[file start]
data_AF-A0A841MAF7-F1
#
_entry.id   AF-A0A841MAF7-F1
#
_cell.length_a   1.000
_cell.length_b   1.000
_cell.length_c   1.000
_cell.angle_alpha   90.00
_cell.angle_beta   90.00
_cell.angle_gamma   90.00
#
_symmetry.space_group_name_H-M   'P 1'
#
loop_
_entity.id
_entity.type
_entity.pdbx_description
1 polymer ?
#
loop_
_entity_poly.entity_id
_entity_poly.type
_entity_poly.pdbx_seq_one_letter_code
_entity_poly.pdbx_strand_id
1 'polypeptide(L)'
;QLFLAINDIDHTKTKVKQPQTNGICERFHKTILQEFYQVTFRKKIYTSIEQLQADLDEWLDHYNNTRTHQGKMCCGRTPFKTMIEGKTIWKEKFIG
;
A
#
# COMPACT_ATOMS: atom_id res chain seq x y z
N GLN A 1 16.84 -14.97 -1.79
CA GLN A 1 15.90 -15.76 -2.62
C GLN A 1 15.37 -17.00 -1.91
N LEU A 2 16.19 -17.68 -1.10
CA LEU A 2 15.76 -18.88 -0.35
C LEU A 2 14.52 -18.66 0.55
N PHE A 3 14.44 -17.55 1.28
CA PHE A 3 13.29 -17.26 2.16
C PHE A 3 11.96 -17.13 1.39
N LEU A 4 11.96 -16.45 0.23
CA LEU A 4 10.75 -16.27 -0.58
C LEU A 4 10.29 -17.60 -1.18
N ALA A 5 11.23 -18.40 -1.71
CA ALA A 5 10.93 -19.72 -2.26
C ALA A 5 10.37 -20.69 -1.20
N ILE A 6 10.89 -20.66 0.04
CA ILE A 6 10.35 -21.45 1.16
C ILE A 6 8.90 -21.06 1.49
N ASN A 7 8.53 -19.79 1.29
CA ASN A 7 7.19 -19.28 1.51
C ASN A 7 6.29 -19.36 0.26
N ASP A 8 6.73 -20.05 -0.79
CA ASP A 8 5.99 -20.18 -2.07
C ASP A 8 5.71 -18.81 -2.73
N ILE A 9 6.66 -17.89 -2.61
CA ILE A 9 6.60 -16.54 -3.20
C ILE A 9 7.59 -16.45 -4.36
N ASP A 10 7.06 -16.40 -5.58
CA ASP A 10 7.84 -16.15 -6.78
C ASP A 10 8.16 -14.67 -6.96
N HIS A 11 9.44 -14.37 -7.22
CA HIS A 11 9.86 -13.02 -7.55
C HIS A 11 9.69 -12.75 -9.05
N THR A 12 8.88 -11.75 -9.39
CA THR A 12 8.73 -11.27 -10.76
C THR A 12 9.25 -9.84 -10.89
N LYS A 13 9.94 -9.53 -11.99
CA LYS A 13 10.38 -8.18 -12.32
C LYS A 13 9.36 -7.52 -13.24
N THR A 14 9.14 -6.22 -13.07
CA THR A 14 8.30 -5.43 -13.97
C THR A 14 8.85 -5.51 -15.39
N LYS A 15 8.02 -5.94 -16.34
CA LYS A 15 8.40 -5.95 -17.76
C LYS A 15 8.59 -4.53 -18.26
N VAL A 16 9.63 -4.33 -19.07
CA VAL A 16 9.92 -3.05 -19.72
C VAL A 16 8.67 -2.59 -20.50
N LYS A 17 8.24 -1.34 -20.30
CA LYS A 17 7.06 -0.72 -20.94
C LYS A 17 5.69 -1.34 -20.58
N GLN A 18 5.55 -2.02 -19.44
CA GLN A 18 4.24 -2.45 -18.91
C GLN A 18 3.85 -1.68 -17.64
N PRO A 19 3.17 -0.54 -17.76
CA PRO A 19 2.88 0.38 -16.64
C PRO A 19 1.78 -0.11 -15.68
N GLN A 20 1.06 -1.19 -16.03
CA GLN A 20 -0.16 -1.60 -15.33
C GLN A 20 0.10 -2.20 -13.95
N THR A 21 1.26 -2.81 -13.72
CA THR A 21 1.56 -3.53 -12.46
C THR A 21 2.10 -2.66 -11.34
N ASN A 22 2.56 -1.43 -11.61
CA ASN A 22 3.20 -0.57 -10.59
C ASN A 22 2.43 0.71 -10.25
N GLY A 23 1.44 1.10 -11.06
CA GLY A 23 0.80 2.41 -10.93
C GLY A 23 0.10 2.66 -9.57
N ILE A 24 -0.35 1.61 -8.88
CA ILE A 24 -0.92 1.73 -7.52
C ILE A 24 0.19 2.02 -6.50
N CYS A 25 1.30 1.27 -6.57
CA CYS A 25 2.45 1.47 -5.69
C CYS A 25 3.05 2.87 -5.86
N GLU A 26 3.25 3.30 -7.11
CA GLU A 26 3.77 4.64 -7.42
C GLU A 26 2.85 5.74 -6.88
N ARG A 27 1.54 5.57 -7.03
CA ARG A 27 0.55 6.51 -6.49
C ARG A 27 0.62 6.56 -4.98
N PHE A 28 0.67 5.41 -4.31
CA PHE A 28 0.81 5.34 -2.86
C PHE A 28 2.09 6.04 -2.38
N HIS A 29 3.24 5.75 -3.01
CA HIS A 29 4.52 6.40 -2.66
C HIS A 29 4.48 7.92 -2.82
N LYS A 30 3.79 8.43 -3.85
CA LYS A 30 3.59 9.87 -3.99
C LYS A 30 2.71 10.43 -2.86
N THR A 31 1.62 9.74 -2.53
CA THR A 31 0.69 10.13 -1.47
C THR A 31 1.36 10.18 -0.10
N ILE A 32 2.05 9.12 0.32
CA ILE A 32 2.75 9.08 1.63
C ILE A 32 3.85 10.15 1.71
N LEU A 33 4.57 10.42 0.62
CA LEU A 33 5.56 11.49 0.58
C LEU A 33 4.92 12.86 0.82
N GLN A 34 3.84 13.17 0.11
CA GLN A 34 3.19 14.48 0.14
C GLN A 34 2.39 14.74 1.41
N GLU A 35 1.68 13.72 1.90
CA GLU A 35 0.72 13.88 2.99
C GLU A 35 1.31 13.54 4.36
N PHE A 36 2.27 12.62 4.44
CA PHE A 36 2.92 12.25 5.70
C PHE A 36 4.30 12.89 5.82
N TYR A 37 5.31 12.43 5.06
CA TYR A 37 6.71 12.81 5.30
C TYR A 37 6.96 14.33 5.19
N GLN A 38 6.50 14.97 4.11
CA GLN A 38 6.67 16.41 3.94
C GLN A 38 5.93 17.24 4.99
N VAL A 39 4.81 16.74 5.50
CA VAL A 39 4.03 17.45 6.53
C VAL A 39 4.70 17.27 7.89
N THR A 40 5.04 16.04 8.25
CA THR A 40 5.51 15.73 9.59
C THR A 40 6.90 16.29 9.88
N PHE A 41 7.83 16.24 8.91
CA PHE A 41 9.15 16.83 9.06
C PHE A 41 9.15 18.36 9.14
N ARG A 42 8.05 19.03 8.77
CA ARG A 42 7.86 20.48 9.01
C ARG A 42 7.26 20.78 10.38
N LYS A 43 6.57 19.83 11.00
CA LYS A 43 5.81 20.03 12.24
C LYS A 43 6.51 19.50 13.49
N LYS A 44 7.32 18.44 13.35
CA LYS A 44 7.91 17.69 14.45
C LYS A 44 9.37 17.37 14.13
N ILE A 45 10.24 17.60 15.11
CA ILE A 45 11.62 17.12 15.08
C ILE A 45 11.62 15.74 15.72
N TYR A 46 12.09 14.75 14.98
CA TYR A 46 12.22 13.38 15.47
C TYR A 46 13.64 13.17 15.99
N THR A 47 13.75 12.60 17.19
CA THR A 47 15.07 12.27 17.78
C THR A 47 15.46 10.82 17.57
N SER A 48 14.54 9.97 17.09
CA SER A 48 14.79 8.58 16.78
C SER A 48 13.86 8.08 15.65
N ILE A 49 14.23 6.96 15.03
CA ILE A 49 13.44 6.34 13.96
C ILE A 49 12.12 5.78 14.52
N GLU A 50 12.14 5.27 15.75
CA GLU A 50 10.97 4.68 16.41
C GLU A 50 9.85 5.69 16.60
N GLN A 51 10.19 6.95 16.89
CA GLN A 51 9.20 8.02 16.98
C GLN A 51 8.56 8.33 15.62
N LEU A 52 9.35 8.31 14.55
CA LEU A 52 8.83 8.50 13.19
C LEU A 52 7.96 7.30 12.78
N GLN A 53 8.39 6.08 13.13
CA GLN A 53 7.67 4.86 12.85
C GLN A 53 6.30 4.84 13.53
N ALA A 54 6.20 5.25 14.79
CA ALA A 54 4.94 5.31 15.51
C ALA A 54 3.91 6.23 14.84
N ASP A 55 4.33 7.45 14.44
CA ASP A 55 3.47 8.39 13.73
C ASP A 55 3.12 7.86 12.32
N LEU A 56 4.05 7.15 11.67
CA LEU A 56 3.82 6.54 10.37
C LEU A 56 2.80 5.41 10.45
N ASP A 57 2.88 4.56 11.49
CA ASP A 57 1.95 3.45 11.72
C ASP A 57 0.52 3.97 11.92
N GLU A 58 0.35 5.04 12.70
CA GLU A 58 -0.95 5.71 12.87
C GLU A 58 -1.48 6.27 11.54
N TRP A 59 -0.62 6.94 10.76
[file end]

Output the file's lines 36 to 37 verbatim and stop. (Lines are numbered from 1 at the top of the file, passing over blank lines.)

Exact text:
C LEU A 2 14.52 -18.66 0.55
N PHE A 3 14.44 -17.55 1.28